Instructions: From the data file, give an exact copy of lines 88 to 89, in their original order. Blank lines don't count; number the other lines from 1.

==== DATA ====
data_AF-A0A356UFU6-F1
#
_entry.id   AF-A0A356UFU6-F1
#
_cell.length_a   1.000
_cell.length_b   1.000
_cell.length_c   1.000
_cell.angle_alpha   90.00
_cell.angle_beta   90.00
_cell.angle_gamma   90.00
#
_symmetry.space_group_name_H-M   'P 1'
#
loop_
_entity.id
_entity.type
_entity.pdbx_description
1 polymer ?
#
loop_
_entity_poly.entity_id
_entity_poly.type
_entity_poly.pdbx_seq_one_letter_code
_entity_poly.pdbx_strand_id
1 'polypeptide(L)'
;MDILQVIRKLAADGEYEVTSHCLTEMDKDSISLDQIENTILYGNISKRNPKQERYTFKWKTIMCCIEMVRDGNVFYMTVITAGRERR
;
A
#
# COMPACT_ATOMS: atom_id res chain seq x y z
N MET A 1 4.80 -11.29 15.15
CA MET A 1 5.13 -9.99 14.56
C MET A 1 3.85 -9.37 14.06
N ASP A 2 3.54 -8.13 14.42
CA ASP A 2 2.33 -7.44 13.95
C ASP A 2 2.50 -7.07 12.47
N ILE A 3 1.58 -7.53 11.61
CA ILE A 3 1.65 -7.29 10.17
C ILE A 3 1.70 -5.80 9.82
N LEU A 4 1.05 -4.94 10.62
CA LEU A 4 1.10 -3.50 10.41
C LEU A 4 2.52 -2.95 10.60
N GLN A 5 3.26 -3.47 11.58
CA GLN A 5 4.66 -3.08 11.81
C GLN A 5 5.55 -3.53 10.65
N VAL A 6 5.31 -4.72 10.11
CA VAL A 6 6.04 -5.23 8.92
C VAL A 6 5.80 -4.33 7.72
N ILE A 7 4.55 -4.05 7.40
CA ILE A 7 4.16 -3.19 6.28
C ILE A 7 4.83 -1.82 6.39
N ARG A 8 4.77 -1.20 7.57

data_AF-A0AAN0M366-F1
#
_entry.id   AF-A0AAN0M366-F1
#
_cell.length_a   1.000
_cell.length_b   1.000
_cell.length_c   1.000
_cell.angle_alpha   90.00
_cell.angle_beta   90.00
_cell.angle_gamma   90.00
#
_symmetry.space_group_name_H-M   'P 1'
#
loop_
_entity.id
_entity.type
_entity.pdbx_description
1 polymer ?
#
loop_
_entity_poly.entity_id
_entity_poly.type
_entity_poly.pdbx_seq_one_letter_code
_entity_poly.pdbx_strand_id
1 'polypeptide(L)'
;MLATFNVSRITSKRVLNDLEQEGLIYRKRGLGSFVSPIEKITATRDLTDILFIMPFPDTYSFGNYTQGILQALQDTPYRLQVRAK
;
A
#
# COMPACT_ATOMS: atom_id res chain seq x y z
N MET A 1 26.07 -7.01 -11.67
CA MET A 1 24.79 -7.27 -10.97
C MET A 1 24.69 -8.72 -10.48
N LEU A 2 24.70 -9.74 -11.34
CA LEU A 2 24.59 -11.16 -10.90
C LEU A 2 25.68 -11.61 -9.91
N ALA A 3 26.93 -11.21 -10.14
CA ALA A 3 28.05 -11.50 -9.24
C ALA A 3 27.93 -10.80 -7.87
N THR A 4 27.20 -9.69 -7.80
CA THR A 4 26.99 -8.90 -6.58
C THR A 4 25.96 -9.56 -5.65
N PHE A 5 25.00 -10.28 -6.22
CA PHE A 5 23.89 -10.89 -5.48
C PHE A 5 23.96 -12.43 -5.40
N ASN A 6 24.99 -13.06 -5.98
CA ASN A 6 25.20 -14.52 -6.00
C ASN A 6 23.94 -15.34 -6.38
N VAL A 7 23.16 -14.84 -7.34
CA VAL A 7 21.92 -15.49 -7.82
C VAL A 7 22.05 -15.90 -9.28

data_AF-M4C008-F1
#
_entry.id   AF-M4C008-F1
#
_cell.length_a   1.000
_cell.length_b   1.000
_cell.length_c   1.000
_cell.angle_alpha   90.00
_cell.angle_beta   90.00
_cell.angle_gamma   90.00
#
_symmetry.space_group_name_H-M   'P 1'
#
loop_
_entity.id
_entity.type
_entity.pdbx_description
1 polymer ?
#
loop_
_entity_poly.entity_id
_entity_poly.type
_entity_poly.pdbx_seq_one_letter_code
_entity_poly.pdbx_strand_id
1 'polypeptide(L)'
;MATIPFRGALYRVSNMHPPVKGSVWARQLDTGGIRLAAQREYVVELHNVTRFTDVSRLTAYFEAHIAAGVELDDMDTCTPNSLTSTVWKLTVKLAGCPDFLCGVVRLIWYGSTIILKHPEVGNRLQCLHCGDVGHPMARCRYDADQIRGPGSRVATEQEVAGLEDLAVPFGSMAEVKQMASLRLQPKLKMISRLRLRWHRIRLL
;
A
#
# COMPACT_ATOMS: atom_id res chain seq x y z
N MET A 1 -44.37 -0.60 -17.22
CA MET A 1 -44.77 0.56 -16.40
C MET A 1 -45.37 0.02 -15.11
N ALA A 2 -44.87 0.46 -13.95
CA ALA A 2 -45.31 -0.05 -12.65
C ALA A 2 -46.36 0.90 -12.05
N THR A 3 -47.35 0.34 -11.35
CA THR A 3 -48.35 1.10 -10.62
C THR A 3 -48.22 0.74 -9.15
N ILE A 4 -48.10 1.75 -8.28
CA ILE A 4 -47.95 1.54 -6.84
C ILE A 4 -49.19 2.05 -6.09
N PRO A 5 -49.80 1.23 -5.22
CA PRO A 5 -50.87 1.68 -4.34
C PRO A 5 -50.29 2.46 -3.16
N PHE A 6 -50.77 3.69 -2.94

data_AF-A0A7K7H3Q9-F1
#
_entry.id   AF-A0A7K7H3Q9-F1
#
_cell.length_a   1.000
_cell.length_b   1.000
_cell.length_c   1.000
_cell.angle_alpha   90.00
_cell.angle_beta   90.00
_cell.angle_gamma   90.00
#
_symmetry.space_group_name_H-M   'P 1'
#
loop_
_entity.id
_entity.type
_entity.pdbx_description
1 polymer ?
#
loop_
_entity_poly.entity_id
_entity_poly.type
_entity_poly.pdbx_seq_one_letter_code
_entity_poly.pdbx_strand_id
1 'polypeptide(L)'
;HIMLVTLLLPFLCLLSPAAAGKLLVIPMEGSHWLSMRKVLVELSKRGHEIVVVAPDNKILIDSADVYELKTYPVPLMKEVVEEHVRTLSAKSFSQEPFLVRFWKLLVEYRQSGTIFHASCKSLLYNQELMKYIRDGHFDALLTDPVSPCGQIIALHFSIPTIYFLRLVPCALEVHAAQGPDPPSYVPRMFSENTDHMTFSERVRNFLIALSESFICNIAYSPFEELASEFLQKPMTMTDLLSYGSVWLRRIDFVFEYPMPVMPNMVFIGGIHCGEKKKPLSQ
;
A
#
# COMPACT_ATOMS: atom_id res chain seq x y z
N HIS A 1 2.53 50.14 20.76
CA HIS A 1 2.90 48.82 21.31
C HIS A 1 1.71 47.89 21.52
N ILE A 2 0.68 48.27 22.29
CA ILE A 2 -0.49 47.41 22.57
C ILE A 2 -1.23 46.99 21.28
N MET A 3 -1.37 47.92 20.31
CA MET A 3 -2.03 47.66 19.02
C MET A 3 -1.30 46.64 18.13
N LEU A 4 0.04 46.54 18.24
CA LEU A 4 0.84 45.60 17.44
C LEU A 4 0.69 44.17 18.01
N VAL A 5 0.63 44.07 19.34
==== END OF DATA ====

C LEU A 2 25.68 -11.61 -9.91
N ALA A 3 26.93 -11.21 -10.14